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For starting a new problem I generally need to look for work already published through Google Scholar. For example, recently I came across an equation, the Pochhammer-Chree equation. When I type this equation name in the Google Scholar tab, a large number of publications on this equations piles up. It is not possible to look for every single publication to check what type of work has already been done on this equation.

Let me elaborate a little more. Suppose I need to check if the Lie symmetry analysis on this equation has been carried out or not. Then I have certain options in advanced search, that to include the words symmetry or symmetry analysis in the title, abstract or in the whole article along with the word Pochhammer-Chree. Here of course the time range can also be given. Unfortunately, even by this type of search I can miss some of the article that have been already published on symmetry analysis of Pochhammer-Chree.

Is my way of search correct? If not, how should I search through the web by not missing a single article on the topic I am looking for?

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    It is not totally clear to me what's the actual question here. In the title it seems like you are searching some specific article. The question body seems to indicate that you would only like to find any work that could be relevant. It may also be that you want to ask "How can I find out if something has already been treated?". Please clarify. – Dirk Jul 8 '16 at 9:43
  • See How to do a literature search – D.W. Jul 8 '16 at 17:35
  • @D.W. Is there a similar question on Academia.SE? That one is specific (with specific journals) to the cryptography field. – J. Roibal - BlockchainEng Jul 8 '16 at 18:09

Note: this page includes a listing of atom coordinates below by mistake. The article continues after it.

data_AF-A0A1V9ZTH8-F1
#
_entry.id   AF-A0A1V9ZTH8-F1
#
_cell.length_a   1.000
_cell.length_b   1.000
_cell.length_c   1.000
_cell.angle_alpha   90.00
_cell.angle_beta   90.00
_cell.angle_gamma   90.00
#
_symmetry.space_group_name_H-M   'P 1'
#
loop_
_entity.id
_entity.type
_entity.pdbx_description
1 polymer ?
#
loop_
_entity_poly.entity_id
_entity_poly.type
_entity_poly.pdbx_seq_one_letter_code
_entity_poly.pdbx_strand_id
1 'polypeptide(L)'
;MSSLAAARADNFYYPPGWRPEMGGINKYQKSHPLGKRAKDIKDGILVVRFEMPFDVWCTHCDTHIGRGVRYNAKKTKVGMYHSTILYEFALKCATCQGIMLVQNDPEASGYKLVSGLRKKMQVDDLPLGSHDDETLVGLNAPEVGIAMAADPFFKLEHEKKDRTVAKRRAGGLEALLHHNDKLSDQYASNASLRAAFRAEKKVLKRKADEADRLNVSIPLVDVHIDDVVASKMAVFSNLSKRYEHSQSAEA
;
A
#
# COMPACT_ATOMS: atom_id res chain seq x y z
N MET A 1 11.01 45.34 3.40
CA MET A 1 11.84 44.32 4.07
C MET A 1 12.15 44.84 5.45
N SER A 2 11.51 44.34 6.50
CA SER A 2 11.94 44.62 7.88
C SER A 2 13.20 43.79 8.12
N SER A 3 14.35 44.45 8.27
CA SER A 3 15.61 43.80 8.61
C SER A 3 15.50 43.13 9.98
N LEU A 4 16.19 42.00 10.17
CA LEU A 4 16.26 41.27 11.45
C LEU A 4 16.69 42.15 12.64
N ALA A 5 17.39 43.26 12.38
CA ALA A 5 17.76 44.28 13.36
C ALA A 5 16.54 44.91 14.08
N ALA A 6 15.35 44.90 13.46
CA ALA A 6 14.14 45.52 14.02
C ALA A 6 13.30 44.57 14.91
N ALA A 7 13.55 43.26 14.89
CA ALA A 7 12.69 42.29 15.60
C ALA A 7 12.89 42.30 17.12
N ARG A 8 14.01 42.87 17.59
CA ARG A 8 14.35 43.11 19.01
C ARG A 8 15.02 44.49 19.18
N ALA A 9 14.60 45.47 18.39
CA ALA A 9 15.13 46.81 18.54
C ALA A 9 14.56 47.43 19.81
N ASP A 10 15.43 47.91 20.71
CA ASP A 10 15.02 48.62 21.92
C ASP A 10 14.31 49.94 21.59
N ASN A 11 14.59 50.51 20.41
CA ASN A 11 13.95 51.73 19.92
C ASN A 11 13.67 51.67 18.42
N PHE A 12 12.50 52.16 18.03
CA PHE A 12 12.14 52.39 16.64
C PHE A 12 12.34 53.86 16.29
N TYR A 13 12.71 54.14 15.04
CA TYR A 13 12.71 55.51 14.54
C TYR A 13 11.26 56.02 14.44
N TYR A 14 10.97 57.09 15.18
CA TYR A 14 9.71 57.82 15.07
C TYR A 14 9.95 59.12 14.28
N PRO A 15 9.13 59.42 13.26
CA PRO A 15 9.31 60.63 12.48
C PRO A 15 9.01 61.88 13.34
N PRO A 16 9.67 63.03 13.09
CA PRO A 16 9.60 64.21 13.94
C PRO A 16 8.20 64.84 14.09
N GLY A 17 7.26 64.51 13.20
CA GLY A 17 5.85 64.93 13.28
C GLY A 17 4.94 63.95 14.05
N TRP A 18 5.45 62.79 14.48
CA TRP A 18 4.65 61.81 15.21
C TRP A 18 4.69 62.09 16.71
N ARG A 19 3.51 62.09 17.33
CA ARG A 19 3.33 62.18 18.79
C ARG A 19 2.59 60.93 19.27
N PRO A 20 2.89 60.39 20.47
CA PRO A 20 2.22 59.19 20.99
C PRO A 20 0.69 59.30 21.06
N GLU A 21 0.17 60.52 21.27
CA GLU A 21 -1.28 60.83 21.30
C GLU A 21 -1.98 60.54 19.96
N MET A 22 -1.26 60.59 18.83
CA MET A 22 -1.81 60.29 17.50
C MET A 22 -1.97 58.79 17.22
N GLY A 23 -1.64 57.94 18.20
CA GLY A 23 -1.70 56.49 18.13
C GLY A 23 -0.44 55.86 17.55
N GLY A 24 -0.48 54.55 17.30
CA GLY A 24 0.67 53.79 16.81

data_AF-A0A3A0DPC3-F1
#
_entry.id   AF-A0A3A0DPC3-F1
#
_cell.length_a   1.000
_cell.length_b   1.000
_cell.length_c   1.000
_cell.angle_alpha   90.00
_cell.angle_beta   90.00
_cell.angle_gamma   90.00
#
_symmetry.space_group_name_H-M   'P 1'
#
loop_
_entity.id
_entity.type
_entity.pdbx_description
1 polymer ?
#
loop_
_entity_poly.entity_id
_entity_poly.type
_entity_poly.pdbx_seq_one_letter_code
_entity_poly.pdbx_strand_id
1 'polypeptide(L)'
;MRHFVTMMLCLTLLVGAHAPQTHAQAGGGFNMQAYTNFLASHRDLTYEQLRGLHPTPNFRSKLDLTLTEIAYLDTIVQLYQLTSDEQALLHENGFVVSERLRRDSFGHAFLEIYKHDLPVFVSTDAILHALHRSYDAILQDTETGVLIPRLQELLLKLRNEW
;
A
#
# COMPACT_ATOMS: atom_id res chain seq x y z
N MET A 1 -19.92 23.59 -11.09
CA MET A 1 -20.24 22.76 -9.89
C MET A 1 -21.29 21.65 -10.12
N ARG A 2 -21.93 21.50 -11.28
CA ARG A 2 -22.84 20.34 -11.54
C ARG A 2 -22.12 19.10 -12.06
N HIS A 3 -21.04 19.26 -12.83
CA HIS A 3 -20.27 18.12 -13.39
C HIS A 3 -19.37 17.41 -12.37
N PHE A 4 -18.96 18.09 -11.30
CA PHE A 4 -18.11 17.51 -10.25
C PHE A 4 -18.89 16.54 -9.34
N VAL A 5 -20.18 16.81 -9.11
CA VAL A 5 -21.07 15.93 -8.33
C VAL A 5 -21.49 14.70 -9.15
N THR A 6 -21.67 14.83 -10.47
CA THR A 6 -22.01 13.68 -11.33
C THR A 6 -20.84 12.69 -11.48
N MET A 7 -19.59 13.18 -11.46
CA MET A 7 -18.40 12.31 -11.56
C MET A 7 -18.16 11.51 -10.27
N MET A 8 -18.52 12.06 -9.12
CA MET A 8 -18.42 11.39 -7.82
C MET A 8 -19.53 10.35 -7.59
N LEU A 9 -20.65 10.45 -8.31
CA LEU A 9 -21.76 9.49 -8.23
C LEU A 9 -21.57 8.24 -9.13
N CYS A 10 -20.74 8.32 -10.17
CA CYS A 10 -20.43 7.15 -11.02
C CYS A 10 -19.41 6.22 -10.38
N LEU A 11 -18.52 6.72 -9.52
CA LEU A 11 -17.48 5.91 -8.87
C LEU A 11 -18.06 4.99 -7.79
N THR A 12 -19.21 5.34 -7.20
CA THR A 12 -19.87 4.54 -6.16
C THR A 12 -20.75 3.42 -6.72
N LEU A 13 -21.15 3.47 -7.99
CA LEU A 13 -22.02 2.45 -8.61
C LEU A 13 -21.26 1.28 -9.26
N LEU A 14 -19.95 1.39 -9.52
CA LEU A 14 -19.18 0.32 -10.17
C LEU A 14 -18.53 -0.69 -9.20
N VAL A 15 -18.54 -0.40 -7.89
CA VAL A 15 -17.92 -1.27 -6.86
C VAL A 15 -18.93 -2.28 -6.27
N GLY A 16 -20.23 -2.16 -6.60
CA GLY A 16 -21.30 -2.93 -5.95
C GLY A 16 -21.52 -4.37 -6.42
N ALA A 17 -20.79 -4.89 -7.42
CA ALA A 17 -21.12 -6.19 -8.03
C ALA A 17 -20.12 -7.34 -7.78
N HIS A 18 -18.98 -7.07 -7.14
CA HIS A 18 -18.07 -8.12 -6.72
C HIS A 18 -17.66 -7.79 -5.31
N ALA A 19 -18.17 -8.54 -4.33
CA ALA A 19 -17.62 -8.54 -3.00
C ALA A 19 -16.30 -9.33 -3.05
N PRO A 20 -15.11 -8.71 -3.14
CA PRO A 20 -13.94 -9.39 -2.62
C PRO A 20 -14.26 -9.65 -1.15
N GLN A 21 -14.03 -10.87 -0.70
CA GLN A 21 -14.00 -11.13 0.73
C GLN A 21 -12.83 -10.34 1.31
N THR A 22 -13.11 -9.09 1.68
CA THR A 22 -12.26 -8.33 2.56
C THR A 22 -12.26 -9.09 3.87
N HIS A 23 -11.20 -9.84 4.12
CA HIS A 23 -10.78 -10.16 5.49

• @J.Roibal, not that I know of. Feel free to ask such a question here, if you'd like to see a similar answer here. However, my answer there is not at all specific to cryptography. The main elements remain the same in any other field -- I would make only extermely small changes for non-cryptographers ( remove recommendations to look at IACR or Crypto.SE; those are the only crypto-specific parts of my answer). – D.W. Jul 8 '16 at 18:14
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Just to elaborate on what the other posters have mentioned: your first job is to find at least one paper that is very relevant to the specific topic that you are interested in, e.g. symmetry analysis of Pochhammer-Chree equations. Possibly just searching on Google Scholar and browsing the results is your best option here. The number of citations that a specific paper has is an indication of whether that paper was important/influential within your field (i.e., these are the papers your reviewers will know about), so you should make sure to study these papers in particular. Once you have a good reference paper, you can use Google Scholar to click on the blue 'Cited by ##' hyperlink that is on the bottom left of every search result on Scholar. You can use this to find other relevant papers going forward in time. As you collect relevant papers, you can also look at their references (and read the 'related work' sections of the paper) and find other papers that you may have missed.

In most cases, it is impossible to 'not miss a single article' on the topic that you are looking for, and I don't believe this is a useful goal anyways. Of course, in some fields, a result may be binary: either you have proven/shown something or you have not, and once it's done, there is no point doing it again. But in most fields, if two people independently pursue the same topic, they will approach it in different ways, and confirming each other's findings in this way provides a lot of value. When your paper is reviewed, it is essential that you demonstrate an intellectual heritage to your work - that you care about prior work, and have used it to guide you, and you are building on a tradition. If you miss something, the reviewers will be happy to point it out, and in my experience this is rarely the reason a paper gets rejected. And even if a paper is rejected for inadequate understanding of prior work, this is an easy problem to fix for resubmission elsewhere.